Going back through the years, I’ve written a special ‘September’ column about a dozen times. Why, you ask, would I only write a special column in September and not any other month of the year? Because September is special, that’s why. September marks a pivotal time in our business cycle that I like to point out to my colleagues. In particular, I like to point specifically to the date of September, 15th. That’s the turning point of our retail season.
Most of us are slow during the summer months. That’s when we all take some time off, do some remodeling projects, add a few new things, and get rid of a few old things. It’s pretty common for a lot of mom and pop stores to close for a few weeks to get out of the store and recharge our batteries. But, at some point you’ve got to get out of that slow season mentality, and get back into the retail groove. That day for me is September 15th.
Through the years, I’ve adjusted the actual day a few times until I got it just right – because of what happened on September 15, 1997. I remember it like it was yesterday. September 15, 1997 fell on a Monday, and there was no way I was shifting gears on a Monday, maybe Wednesday. Well, Wednesday didn’t happen either. I finally settled on a formula that works for me; the end of summer is on the first Monday after September 15th.
This year, September 15th falls on a Tuesday. That means we can all goof off a few more days until Monday, the 21st. Then it’s back to business as usual. But, is it going to be back to business as usual, based on last year, or back to business as usual as it was right before the beginning of summer? I hope it’s not the latter because most of us were shuttered by the government due to the coronavirus pandemic. I’m sure hoping we’re not going back to what we were all doing at the beginning of the summer, which was losing money every day. I’m hoping we get back to a business as usual that is vibrant, robust and profitable. That’s what I’m praying for.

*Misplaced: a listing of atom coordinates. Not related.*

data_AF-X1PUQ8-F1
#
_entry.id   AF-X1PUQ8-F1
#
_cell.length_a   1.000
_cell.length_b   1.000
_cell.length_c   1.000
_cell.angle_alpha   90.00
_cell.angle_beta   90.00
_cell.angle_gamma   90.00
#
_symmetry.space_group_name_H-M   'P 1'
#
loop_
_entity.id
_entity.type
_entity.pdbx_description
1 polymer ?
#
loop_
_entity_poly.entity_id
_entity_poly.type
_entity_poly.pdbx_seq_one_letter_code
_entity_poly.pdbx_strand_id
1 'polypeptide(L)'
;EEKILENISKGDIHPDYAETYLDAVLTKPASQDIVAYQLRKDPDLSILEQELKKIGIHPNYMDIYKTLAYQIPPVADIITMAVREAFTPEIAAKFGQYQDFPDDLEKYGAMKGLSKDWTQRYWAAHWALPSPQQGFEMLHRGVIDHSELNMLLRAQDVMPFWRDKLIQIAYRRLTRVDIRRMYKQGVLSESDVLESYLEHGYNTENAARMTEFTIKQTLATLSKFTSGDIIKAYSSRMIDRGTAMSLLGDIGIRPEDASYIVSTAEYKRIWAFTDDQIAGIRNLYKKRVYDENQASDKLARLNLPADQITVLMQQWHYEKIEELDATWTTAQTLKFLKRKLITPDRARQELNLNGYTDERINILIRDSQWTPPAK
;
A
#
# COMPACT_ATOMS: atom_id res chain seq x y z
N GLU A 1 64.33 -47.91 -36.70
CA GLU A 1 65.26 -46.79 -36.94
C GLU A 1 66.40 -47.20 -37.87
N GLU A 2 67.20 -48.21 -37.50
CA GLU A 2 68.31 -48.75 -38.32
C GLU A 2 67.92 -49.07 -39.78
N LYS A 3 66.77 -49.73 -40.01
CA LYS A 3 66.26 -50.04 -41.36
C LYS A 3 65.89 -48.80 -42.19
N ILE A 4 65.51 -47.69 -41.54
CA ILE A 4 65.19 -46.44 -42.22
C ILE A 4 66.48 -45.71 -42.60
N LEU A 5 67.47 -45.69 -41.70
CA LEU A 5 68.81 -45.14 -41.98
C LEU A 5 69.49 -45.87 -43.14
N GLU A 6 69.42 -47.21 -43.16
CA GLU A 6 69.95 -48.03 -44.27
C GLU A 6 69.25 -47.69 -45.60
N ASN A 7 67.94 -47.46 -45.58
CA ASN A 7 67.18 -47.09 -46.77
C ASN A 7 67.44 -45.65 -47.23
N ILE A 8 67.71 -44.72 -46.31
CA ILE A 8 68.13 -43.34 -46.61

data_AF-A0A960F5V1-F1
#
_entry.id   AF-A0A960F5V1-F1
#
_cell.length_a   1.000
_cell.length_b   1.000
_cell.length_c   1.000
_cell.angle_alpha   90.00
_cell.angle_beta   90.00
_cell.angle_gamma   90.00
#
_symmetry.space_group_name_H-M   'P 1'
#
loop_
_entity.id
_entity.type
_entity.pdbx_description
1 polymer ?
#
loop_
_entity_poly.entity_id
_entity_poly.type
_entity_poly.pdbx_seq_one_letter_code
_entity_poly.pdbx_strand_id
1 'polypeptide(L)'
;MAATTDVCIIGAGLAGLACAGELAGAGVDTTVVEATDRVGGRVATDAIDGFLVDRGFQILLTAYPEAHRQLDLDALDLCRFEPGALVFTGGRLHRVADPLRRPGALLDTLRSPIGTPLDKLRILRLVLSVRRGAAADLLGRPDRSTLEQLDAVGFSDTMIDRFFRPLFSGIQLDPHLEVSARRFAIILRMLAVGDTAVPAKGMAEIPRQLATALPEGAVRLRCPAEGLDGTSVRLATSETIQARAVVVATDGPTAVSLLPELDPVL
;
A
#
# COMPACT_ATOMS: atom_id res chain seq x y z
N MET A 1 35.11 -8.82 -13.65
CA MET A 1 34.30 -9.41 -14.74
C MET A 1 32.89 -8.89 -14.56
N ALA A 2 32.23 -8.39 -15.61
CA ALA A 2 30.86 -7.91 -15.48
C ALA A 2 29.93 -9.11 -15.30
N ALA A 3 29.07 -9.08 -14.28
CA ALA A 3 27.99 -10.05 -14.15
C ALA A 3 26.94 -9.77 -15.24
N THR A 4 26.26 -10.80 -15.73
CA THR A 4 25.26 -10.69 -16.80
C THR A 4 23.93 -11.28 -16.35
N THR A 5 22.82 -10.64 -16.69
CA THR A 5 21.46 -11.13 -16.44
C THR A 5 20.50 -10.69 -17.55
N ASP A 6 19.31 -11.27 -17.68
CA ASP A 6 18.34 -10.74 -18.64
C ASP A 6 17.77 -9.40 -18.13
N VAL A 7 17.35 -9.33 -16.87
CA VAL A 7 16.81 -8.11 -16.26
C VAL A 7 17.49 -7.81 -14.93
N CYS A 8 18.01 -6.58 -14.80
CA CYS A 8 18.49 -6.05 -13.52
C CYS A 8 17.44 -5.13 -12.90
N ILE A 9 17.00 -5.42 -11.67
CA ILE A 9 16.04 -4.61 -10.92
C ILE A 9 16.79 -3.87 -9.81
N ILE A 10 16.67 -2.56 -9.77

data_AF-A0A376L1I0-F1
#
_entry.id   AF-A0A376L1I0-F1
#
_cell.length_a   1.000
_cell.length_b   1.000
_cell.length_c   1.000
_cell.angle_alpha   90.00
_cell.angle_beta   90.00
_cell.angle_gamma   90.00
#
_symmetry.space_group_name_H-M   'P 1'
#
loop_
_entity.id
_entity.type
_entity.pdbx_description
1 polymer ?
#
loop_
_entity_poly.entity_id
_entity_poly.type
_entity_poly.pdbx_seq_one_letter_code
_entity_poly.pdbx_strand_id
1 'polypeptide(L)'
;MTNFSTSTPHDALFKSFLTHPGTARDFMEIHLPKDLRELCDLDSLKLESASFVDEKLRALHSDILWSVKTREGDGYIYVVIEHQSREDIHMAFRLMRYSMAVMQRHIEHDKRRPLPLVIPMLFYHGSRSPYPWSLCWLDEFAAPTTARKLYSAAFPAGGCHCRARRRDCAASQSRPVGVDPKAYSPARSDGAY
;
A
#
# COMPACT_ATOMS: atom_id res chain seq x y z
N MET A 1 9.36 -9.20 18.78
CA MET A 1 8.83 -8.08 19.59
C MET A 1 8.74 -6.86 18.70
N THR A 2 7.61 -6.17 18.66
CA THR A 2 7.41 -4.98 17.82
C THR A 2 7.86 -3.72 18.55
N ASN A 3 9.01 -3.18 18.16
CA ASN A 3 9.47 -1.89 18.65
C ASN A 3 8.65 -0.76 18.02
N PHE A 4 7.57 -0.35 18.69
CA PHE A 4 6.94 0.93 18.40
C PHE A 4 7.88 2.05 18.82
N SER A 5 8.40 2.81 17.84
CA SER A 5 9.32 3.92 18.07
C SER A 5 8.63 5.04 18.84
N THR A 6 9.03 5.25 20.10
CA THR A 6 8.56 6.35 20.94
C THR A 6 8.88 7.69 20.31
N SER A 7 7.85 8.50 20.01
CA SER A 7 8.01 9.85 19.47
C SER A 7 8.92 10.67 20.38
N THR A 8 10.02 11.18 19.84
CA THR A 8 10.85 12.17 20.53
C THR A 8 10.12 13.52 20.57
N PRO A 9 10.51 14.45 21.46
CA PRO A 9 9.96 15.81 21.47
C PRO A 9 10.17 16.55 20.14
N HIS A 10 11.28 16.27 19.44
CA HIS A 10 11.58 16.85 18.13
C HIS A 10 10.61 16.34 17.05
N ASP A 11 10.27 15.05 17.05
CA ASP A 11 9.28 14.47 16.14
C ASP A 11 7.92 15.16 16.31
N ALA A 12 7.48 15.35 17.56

Because I had just moved my business, people ask me all the time how I like my new store location. I just tell them, “I don’t know. I moved in, got open, and then got closed.” When we finally got the go-ahead to begin the reopening process, most of us were lucky that it happened at the beginning of our slow season. That way we all could ‘ease into our reopenings’ during the pandemic, something that none of us have ever done before. All of us had different rules and regulations to navigate in order to comply with local health mandates. Here is my journey from what’s a coronavirus, to what do you mean I have to close my business, all the way up until today.
The first most of us heard about the upcoming pandemic was during the State of the Union Address in February: “We are coordinating with the Chinese government and working closely together on the coronavirus outbreak in China.” Then all hell broke loose all over the world.
I had just sold my house, and my closing was on the last day of February, which fell on a Friday. My buyer was financing his purchase, and this whole disaster started that week. The stock market started crashing on Monday, and continued to crash the entire week. I was certain that his bank was going to pull his financing, but thankfully, the sale went through. Now I had 30 days to pack and move – during a pandemic.